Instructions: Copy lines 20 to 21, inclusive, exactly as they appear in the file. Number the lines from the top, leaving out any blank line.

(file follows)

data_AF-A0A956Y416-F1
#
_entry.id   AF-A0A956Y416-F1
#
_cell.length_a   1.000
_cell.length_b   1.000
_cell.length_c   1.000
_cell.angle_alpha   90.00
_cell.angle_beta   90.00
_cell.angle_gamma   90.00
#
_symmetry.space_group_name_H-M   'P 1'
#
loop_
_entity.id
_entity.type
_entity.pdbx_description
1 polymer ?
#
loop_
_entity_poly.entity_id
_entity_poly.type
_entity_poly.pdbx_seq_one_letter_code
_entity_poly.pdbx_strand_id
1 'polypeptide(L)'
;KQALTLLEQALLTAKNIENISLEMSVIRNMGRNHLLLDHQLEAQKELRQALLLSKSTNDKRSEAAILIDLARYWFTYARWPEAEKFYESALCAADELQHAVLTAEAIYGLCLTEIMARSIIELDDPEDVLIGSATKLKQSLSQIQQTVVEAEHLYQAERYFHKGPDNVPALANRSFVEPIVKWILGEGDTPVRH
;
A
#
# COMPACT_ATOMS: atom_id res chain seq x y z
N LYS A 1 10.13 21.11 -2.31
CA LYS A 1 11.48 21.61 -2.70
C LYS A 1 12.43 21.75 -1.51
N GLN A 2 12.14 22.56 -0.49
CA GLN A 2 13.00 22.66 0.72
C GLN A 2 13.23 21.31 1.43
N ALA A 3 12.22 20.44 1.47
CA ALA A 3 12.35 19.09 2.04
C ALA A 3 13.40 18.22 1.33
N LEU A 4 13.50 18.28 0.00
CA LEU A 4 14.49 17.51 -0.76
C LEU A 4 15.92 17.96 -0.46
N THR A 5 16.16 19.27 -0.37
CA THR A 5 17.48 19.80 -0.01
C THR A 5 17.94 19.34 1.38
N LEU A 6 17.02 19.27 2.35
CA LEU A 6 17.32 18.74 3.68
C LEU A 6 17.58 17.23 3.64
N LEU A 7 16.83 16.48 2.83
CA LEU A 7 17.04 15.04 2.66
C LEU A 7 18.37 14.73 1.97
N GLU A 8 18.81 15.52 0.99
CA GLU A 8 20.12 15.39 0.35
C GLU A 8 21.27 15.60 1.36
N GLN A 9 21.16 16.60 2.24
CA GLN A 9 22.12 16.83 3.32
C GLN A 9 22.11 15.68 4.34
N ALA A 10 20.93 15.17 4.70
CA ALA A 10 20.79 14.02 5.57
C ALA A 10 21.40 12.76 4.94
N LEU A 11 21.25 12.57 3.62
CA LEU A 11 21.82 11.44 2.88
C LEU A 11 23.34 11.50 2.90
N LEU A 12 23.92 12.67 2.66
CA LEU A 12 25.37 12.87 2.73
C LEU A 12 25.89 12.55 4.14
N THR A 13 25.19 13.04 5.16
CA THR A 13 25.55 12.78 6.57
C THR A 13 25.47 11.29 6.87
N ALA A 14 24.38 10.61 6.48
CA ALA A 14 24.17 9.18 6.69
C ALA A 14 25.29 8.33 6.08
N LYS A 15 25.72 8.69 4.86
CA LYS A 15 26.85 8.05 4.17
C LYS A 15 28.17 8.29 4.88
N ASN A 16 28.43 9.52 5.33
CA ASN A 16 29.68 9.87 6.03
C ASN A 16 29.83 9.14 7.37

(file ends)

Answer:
loop_
_entity_poly.entity_id